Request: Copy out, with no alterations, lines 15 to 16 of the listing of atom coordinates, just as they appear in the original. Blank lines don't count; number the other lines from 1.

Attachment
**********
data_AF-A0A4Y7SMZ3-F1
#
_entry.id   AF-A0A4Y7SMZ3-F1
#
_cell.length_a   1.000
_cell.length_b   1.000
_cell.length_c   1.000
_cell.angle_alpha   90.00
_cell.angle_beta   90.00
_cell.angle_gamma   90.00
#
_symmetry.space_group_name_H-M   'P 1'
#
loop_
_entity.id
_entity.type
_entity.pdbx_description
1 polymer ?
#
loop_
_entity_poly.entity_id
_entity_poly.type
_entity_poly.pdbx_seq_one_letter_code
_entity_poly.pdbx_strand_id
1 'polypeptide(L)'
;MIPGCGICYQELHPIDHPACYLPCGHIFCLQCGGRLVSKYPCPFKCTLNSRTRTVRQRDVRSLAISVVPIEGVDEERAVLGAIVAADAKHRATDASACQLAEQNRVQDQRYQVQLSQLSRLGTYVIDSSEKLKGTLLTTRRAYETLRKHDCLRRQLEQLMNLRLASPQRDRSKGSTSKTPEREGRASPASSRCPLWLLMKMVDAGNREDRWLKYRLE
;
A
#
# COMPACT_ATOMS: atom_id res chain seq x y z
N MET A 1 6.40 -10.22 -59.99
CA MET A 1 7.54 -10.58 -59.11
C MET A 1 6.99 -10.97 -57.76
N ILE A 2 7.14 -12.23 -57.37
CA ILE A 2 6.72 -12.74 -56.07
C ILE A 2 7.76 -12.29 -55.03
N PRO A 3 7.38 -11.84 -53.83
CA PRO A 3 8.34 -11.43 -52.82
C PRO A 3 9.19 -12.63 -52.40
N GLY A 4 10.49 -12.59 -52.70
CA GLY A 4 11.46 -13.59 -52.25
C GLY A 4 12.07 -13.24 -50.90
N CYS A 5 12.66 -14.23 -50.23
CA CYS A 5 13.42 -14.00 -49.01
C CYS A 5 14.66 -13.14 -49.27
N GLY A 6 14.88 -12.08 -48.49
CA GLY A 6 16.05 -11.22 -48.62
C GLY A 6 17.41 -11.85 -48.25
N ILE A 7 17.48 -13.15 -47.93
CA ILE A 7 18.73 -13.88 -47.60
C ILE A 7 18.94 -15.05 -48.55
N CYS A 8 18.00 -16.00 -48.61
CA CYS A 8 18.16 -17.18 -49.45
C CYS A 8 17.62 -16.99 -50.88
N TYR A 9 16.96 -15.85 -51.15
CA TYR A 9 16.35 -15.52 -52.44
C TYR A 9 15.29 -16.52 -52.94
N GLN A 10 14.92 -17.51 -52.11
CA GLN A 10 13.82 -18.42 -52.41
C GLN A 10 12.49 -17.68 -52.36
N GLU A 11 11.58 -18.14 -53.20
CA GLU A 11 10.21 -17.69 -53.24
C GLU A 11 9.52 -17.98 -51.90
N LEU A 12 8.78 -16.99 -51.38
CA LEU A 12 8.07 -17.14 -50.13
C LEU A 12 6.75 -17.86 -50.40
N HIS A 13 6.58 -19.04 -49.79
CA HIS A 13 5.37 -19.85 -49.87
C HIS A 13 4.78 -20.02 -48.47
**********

_entity.id
_entity.type